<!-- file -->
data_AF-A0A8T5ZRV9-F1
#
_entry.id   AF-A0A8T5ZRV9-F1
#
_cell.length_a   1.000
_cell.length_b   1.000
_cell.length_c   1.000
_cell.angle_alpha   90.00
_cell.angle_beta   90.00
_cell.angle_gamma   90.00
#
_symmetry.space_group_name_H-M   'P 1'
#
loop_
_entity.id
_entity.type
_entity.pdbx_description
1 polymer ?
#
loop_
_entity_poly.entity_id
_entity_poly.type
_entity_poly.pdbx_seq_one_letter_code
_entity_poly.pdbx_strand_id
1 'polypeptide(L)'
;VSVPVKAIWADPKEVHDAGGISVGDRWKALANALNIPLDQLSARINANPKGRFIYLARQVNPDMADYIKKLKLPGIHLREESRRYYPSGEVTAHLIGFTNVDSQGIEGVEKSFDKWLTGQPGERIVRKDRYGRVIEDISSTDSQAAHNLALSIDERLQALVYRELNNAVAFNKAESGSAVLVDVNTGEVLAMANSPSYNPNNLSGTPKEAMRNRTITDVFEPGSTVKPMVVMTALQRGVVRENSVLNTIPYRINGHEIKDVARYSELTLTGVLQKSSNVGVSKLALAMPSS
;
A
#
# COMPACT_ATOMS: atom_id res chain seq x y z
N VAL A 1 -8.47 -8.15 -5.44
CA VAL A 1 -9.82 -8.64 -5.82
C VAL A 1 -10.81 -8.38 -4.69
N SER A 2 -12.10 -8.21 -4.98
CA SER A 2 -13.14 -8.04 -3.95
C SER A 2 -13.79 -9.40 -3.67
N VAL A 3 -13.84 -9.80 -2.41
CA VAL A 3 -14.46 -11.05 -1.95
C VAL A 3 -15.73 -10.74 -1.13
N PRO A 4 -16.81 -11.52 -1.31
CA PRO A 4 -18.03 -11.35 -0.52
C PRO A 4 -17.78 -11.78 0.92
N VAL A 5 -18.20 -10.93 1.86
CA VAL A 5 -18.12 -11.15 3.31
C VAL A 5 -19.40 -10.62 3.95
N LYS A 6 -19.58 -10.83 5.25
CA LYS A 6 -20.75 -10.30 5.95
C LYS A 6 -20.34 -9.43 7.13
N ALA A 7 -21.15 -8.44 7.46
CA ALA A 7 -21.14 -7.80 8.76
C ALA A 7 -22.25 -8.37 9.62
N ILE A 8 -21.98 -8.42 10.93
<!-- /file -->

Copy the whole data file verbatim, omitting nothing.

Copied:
data_AF-A0A8T5ZRV9-F1
#
_entry.id   AF-A0A8T5ZRV9-F1
#
_cell.length_a   1.000
_cell.length_b   1.000
_cell.length_c   1.000
_cell.angle_alpha   90.00
_cell.angle_beta   90.00
_cell.angle_gamma   90.00
#
_symmetry.space_group_name_H-M   'P 1'
#
loop_
_entity.id
_entity.type
_entity.pdbx_description
1 polymer ?
#
loop_
_entity_poly.entity_id
_entity_poly.type
_entity_poly.pdbx_seq_one_letter_code
_entity_poly.pdbx_strand_id
1 'polypeptide(L)'
;VSVPVKAIWADPKEVHDAGGISVGDRWKALANALNIPLDQLSARINANPKGRFIYLARQVNPDMADYIKKLKLPGIHLREESRRYYPSGEVTAHLIGFTNVDSQGIEGVEKSFDKWLTGQPGERIVRKDRYGRVIEDISSTDSQAAHNLALSIDERLQALVYRELNNAVAFNKAESGSAVLVDVNTGEVLAMANSPSYNPNNLSGTPKEAMRNRTITDVFEPGSTVKPMVVMTALQRGVVRENSVLNTIPYRINGHEIKDVARYSELTLTGVLQKSSNVGVSKLALAMPSS
;
A
#
# COMPACT_ATOMS: atom_id res chain seq x y z
N VAL A 1 -8.47 -8.15 -5.44
CA VAL A 1 -9.82 -8.64 -5.82
C VAL A 1 -10.81 -8.38 -4.69
N SER A 2 -12.10 -8.21 -4.98
CA SER A 2 -13.14 -8.04 -3.95
C SER A 2 -13.79 -9.40 -3.67
N VAL A 3 -13.84 -9.80 -2.41
CA VAL A 3 -14.46 -11.05 -1.95
C VAL A 3 -15.73 -10.74 -1.13
N PRO A 4 -16.81 -11.52 -1.31
CA PRO A 4 -18.03 -11.35 -0.52
C PRO A 4 -17.78 -11.78 0.92
N VAL A 5 -18.20 -10.93 1.86
CA VAL A 5 -18.12 -11.15 3.31
C VAL A 5 -19.40 -10.62 3.95
N LYS A 6 -19.58 -10.83 5.25
CA LYS A 6 -20.75 -10.30 5.95
C LYS A 6 -20.34 -9.43 7.13
N ALA A 7 -21.15 -8.44 7.46
CA ALA A 7 -21.14 -7.80 8.76
C ALA A 7 -22.25 -8.37 9.62
N ILE A 8 -21.98 -8.42 10.93